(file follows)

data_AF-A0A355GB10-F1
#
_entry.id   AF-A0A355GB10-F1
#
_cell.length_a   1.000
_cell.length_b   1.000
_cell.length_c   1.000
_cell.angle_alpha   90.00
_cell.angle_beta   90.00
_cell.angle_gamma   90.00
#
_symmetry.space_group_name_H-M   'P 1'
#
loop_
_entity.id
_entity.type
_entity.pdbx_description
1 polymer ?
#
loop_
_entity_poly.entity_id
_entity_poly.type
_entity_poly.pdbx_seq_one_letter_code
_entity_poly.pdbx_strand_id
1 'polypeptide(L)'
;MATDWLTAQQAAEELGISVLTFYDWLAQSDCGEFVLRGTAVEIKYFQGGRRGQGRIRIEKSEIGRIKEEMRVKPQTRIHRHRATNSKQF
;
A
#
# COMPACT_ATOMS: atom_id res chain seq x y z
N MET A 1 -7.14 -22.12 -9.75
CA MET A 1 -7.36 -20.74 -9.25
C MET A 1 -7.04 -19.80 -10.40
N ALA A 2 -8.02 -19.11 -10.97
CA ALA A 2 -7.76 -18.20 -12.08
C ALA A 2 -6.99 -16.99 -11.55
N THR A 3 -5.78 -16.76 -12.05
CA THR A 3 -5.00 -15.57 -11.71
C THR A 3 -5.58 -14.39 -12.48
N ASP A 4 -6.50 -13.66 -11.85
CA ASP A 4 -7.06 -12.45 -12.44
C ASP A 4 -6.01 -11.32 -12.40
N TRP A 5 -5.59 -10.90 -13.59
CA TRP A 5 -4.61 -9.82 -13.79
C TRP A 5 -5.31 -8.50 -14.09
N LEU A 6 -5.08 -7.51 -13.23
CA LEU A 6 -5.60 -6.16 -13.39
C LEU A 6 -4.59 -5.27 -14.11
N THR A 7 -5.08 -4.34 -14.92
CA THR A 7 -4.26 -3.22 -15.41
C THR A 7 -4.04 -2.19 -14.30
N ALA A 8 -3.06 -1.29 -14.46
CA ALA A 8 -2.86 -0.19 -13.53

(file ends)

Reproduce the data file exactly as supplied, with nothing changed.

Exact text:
data_AF-A0A355GB10-F1
#
_entry.id   AF-A0A355GB10-F1
#
_cell.length_a   1.000
_cell.length_b   1.000
_cell.length_c   1.000
_cell.angle_alpha   90.00
_cell.angle_beta   90.00
_cell.angle_gamma   90.00
#
_symmetry.space_group_name_H-M   'P 1'
#
loop_
_entity.id
_entity.type
_entity.pdbx_description
1 polymer ?
#
loop_
_entity_poly.entity_id
_entity_poly.type
_entity_poly.pdbx_seq_one_letter_code
_entity_poly.pdbx_strand_id
1 'polypeptide(L)'
;MATDWLTAQQAAEELGISVLTFYDWLAQSDCGEFVLRGTAVEIKYFQGGRRGQGRIRIEKSEIGRIKEEMRVKPQTRIHRHRATNSKQF
;
A
#
# COMPACT_ATOMS: atom_id res chain seq x y z
N MET A 1 -7.14 -22.12 -9.75
CA MET A 1 -7.36 -20.74 -9.25
C MET A 1 -7.04 -19.80 -10.40
N ALA A 2 -8.02 -19.11 -10.97
CA ALA A 2 -7.76 -18.20 -12.08
C ALA A 2 -6.99 -16.99 -11.55
N THR A 3 -5.78 -16.76 -12.05
CA THR A 3 -5.00 -15.57 -11.71
C THR A 3 -5.58 -14.39 -12.48
N ASP A 4 -6.50 -13.66 -11.85
CA ASP A 4 -7.06 -12.45 -12.44
C ASP A 4 -6.01 -11.32 -12.40
N TRP A 5 -5.59 -10.90 -13.59
CA TRP A 5 -4.61 -9.82 -13.79
C TRP A 5 -5.31 -8.50 -14.09
N LEU A 6 -5.08 -7.51 -13.23
CA LEU A 6 -5.60 -6.16 -13.39
C LEU A 6 -4.59 -5.27 -14.11
N THR A 7 -5.08 -4.34 -14.92
CA THR A 7 -4.26 -3.22 -15.41
C THR A 7 -4.04 -2.19 -14.30
N ALA A 8 -3.06 -1.29 -14.46
CA ALA A 8 -2.86 -0.19 -13.53